Lendl pulls out from Statoil Masters Tennis


Former world number one, Ivan Lendl, was forced to withdraw from the Statoil Masters Tennis 2012, an ATP (Association of Tennis Professionals) Champions Tour event taking place in London, Great Britain. Elsewhere, Tim Henman and Fabrice Santoro stole the show and progressed on Wednesday.
The Czechoslovakian-born Lendl was making his debut at the Royal Albert Hall. However, he was forced to retire from this tournament with his knee and hip injury.
Lendl, coach of the British number one and the world number three Andy Murray, stated in a press conference, “I am very disappointed that I will not be fit enough to play in the Statoil Masters Tennis in London. I have been looking forward to playing in the tournament all year having heard so much about it. For now I will concentrate on fixing and rehabilitating my knee and hip but I hope to be able to play at the Royal Albert Hall in the future.”
In this 16th edition of the tournament, Guy Forget will replace Lendl in Group A of the Legends category. Forget will face off the former world number one John McEnroe in the evening session on Friday. He will then square off against the former British number one, Jeremy Bates, in the afternoon session on Saturday.
In Group B, former world number one Mats Wilander stomped over Australia’s Pat Cash in a three-set thriller. He made an epic comeback from a set down to manipulate a 4-6, 6-3, 10-6 victory. Elsewhere, the British legend Tim Henman bounced back to outclass Sweden’s Thomas Enqvist in a repeat of last year’s final showdown.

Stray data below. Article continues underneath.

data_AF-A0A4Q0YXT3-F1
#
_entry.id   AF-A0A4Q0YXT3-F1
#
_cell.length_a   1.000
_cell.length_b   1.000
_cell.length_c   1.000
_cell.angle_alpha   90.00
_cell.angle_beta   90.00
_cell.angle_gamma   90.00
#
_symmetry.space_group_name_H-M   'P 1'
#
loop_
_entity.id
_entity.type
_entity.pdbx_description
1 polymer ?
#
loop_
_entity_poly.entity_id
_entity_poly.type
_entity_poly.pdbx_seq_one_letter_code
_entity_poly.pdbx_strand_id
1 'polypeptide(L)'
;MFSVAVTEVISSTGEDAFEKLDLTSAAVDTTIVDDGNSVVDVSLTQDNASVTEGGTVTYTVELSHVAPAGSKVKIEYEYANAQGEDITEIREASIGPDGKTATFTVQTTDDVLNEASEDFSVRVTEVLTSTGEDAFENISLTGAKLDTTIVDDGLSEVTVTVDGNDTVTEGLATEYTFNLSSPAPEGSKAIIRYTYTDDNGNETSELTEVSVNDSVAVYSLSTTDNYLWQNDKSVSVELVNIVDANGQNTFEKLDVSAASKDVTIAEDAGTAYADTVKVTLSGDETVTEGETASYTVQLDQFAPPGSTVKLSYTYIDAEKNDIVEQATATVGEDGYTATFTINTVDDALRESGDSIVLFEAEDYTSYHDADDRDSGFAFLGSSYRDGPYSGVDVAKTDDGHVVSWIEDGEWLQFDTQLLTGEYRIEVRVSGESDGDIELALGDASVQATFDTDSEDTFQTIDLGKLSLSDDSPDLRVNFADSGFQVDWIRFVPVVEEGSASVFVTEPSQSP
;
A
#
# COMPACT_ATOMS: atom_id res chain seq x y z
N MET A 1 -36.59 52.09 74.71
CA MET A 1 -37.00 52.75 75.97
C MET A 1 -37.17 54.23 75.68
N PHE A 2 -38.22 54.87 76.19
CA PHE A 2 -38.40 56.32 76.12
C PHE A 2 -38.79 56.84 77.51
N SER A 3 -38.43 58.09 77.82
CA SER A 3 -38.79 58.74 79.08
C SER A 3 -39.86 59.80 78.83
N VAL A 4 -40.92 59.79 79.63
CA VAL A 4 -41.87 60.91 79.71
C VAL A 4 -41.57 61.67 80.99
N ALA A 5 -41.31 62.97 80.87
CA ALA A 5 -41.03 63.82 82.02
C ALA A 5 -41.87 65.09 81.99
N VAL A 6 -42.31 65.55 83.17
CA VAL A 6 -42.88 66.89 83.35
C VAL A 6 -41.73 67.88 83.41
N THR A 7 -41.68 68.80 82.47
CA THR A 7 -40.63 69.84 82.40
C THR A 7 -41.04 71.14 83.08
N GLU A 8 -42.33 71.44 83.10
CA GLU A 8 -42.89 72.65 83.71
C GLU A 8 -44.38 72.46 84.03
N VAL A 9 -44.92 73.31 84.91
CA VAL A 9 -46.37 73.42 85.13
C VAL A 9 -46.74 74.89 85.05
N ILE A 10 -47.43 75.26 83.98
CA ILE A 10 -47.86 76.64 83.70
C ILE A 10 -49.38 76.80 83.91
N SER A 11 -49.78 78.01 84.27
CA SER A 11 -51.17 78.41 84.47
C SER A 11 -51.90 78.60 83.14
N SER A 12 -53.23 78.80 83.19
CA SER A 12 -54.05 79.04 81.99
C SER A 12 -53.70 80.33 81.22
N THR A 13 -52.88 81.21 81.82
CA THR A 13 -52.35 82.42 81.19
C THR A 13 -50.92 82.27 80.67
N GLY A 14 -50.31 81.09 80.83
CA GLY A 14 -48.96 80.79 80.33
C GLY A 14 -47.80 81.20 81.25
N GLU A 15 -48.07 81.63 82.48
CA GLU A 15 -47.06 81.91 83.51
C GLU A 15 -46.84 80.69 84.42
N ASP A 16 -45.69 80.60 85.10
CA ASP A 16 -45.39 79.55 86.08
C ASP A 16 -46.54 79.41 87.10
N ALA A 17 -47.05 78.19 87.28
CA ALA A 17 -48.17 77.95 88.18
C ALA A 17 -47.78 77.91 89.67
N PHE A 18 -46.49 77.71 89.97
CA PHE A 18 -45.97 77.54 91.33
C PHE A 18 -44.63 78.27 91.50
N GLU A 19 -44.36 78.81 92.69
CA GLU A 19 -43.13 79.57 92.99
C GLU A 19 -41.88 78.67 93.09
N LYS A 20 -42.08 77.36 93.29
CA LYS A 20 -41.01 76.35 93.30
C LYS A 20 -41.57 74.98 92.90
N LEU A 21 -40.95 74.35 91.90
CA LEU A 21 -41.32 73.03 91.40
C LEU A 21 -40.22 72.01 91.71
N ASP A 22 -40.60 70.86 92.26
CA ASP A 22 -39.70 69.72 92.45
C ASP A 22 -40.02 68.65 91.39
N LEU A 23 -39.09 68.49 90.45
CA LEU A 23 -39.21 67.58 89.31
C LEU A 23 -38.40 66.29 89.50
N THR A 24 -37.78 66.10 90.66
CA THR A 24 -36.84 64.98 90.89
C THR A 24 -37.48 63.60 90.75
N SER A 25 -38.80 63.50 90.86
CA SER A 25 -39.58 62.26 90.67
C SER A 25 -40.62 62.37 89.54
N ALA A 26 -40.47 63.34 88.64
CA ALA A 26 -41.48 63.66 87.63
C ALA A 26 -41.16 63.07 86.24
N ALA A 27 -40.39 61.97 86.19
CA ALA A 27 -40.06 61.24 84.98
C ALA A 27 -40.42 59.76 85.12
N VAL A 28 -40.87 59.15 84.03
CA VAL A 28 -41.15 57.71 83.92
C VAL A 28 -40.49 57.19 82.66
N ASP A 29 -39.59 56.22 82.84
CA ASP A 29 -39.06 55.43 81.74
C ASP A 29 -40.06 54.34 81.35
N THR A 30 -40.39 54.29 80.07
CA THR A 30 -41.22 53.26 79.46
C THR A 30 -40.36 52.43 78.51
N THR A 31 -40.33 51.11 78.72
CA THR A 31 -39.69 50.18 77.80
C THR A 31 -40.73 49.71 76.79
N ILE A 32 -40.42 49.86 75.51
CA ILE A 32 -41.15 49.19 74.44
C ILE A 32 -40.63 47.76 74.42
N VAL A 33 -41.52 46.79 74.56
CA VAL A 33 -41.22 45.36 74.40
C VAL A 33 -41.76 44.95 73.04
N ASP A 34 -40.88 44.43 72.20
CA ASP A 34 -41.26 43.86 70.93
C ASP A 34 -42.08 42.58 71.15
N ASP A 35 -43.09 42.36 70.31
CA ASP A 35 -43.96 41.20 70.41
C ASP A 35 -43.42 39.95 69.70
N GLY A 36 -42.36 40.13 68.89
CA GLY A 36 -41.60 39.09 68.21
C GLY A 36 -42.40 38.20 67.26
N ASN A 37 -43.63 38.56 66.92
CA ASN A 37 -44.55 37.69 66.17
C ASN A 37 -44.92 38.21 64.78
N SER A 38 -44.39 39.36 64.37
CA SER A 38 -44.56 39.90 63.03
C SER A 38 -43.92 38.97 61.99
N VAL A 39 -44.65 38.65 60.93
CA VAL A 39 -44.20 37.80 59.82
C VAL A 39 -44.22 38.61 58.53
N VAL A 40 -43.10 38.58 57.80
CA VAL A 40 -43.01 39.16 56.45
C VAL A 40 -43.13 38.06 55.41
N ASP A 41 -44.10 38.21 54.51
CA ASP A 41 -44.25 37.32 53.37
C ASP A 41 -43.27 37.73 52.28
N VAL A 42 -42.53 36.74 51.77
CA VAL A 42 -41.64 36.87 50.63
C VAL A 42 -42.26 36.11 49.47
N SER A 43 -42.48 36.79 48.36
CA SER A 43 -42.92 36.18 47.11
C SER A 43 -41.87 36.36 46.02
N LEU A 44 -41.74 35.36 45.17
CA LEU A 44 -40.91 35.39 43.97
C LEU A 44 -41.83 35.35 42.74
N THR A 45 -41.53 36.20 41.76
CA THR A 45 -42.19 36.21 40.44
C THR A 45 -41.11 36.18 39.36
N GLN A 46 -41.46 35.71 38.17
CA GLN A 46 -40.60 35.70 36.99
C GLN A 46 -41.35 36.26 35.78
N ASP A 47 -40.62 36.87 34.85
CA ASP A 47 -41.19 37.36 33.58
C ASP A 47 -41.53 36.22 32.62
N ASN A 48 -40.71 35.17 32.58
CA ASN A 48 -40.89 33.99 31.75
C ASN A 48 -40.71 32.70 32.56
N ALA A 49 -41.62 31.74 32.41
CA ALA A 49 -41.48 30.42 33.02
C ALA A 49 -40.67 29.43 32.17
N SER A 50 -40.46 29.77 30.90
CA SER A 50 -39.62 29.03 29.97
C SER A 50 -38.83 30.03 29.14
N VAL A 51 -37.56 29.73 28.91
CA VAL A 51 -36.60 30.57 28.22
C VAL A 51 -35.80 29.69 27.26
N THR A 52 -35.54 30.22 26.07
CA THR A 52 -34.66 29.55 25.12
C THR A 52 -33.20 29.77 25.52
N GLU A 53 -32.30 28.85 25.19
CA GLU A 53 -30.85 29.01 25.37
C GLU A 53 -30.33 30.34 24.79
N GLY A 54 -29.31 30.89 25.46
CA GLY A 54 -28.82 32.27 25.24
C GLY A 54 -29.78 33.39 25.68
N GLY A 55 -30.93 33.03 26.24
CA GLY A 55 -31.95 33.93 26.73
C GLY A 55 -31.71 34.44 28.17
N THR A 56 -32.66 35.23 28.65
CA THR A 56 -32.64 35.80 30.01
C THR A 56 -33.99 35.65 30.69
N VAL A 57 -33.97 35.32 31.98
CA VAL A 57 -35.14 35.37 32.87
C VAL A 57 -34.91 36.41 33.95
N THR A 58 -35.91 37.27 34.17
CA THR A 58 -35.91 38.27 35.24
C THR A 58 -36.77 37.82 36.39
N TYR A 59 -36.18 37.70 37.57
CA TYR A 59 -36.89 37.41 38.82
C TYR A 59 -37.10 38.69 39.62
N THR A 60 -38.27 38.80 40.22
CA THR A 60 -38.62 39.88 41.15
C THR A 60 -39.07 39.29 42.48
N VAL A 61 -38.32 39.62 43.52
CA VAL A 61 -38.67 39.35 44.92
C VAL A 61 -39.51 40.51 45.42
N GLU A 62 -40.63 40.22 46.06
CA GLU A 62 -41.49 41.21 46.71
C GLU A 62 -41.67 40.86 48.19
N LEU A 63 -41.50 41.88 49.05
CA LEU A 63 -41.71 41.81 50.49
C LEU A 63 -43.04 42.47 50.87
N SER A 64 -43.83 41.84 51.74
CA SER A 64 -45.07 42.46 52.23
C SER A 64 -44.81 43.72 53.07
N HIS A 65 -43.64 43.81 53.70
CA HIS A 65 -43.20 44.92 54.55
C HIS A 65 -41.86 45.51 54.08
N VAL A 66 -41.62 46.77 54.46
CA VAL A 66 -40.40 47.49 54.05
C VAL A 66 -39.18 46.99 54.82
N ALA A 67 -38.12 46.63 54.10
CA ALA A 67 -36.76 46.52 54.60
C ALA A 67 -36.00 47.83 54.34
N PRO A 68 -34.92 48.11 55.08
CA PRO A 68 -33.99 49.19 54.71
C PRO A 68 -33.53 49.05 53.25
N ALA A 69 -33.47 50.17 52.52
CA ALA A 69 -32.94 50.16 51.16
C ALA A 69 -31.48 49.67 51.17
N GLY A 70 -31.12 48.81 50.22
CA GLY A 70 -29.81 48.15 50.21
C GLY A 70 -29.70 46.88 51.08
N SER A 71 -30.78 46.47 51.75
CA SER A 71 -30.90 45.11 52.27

Australia drop troubled Tomic from Davis Cup team
Australia will not consider Bernard Tomic for their Davis Cup tie against Taiwan in February because of doubts about his commitment, Tennis Australia said on Thursday.
Tomic, 20, was dubbed “Tomic the Tank Engine” this season after appearing to give up towards the end of a string of matches as he tumbled from a career-high world number 27 to his current ranking of 52.
“As a team, we just felt that part of the commitment that we make to athletes and athletes make to the sport is they always put 100 per cent commitment and effort in competing for their country,” director of tennis Craig Tiley told the Tennis Australia website (www.tennis.com.au).
“It’s not one specific incident, just an aggregation of his approach to the game …
“We just felt that this decision should provide additional motivation every time he walks on the court to be a total professional in his approach to not only his preparation but competing in the match and post-match.
“And it would be no different if he was the number one player in Australia, or the number one player, or a junior.”
Tomic’s late season slump lost him the title of Australian number one with Marinko Matosevic taking over as the country’s top ranked player.
Australia, who lost a World Group playoff to Germany in September to extend their stay outside the Davis Cup elite, face Taiwan in a Asia-Oceania Group 1 tie in Kaohsiung from Feb. 1-3.